Bandwidth management company Sandvine reported that, as of 2018, Netflix accounted for 15% of global internet traffic. And if it didn’t compress its videos, that percentage could have been three times as high.

The streaming service once hosted its own awards ceremony, The Flixies.

NetflixThis award show was fan based.

In 2013, Netflix hosted an awards ceremony aptly titled “The Flixies.” The fan-based awards allowed viewers to vote for their favourite entries in fun categories such as “Best Guilty Pleasure” and “Best Hangover Cure.”

Netflix has technically been around longer than Google.

Justin Sullivan/Getty ImagesNetflix was founded in 1997.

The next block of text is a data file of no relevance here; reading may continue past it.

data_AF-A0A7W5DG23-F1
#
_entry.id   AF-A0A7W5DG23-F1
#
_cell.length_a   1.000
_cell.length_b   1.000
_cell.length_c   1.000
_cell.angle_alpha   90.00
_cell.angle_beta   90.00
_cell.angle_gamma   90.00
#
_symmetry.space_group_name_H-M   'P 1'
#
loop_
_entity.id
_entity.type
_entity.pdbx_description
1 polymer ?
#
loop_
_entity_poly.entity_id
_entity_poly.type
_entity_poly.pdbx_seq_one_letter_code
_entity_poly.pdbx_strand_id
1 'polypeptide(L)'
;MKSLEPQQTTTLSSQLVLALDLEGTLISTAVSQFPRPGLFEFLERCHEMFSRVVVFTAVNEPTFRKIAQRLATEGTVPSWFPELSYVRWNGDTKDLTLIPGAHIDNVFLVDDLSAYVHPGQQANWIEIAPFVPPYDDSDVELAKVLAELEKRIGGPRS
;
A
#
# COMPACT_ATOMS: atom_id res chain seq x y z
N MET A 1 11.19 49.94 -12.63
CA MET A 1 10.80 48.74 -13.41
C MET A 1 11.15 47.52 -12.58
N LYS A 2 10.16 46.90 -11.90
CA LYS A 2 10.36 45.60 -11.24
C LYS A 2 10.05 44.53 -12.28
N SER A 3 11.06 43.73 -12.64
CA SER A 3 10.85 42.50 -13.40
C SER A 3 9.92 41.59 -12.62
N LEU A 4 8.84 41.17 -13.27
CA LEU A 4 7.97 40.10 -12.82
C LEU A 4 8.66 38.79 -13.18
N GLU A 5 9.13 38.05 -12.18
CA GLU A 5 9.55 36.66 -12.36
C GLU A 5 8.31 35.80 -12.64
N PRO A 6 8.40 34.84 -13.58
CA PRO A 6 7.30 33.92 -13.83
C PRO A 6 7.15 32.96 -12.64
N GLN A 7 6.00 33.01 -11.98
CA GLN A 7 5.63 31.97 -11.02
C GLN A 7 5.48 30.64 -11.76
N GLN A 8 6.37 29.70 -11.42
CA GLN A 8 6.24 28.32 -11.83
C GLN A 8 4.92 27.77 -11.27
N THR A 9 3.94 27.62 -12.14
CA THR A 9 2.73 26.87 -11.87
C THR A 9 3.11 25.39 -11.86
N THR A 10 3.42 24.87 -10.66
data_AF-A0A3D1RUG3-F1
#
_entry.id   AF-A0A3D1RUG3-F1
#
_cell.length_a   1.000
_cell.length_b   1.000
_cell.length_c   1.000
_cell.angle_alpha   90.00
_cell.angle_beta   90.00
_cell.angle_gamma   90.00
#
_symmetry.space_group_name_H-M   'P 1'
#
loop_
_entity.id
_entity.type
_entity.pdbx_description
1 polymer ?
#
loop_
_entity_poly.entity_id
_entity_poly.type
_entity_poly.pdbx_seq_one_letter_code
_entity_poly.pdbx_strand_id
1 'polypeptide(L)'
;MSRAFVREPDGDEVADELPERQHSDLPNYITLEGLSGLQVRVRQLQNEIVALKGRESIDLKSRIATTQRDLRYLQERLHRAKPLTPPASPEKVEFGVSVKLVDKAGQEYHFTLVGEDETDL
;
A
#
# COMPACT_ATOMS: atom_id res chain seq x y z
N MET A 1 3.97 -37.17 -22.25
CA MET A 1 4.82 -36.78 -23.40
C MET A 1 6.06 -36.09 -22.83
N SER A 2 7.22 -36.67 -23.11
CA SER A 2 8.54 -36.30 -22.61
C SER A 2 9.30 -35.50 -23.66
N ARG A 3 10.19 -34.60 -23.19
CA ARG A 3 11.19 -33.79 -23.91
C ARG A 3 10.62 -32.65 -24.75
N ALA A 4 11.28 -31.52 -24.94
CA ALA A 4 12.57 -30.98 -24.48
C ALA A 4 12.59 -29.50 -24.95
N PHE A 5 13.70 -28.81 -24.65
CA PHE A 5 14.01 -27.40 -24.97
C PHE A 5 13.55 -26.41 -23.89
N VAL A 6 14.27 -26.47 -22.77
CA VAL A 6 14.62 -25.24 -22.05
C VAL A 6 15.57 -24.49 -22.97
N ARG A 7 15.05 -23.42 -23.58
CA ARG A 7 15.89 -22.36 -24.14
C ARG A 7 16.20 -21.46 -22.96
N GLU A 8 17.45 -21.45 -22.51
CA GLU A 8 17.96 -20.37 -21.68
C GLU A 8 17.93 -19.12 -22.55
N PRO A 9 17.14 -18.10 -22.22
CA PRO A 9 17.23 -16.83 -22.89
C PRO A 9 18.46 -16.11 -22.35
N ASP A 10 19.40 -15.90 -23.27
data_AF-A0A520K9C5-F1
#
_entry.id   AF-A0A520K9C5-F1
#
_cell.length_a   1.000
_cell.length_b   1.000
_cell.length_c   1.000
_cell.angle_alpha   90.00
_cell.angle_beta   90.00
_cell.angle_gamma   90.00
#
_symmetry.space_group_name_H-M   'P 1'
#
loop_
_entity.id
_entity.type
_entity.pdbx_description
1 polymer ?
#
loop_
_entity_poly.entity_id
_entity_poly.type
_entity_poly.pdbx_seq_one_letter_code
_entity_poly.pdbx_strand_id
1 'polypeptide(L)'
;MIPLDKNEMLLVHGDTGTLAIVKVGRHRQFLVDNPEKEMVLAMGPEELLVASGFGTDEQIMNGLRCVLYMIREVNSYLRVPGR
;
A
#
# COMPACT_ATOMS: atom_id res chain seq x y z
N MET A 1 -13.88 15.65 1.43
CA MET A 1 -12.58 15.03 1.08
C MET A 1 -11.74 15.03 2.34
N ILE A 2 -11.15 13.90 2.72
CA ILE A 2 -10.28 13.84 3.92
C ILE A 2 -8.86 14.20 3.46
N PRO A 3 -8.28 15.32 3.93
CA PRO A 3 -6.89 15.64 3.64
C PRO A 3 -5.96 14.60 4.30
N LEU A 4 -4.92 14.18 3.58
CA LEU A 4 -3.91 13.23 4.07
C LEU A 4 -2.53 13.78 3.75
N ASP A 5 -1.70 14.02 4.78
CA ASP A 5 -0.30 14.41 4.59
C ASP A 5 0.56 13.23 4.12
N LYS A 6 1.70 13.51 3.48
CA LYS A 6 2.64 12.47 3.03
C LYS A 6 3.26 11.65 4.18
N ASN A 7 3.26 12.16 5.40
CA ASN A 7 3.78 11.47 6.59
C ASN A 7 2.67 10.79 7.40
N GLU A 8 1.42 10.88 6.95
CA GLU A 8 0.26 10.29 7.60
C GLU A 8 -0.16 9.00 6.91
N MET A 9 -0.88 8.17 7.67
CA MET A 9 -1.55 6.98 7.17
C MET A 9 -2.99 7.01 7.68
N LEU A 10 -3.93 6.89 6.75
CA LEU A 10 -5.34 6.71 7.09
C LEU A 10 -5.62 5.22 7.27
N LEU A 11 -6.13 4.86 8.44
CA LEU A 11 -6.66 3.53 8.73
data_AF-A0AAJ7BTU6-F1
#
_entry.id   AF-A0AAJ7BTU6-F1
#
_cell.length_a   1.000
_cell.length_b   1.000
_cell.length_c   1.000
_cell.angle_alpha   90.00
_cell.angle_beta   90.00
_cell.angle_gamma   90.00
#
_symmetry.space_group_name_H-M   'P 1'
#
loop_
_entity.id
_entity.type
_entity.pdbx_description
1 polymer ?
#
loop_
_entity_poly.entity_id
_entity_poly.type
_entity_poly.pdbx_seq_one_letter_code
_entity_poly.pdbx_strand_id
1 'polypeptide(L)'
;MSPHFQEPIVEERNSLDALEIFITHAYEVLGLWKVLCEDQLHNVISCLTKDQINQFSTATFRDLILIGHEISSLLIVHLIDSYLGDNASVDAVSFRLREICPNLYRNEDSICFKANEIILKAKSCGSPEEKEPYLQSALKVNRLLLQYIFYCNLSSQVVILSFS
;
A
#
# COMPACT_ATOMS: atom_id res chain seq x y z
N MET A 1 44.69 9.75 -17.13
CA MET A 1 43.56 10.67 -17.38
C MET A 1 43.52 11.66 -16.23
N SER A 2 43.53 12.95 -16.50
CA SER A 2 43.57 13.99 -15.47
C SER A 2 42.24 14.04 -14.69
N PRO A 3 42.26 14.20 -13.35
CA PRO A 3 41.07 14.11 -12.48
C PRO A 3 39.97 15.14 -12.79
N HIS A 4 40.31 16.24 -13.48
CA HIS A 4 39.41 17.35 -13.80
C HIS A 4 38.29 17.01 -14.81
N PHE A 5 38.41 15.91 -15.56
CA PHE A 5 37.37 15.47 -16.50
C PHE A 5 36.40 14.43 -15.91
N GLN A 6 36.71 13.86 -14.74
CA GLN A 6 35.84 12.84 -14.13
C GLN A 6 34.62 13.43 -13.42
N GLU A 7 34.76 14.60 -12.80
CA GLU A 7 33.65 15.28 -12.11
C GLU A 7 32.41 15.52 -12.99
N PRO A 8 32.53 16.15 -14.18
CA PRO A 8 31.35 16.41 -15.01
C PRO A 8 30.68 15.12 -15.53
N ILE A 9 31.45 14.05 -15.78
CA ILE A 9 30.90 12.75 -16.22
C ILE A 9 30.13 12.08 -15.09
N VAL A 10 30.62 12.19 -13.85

Although Netflix didn’t begin renting out DVDs by mail until 1998, the company was founded in 1997― making it a year older than Google.

Glitches can be aggravating for viewers, but one Netflix bug created hilarious mashup descriptions.

ShutterstockThings merged with hilarious results.

A 2014 glitch caused plot summaries from different movies to merge, and hilarity ensued. For instance, one description read: “In a backwater Iowa town, young Gilbert is torn between taking care of his troubled family and a girl who shows him new passion and bounty hunters.”

There’s even a Twitter account dedicated to the humorous summaries, @SummaryBug.

There’s a secret menu you can access to adjust bit rate and buffering.

NetflixNetflix buffering.

According to Entertainment Weekly, you can access this diagnostic screen by pressing Shift + Alt + Left Click on a PC or Shift + Option + Click on a Mac.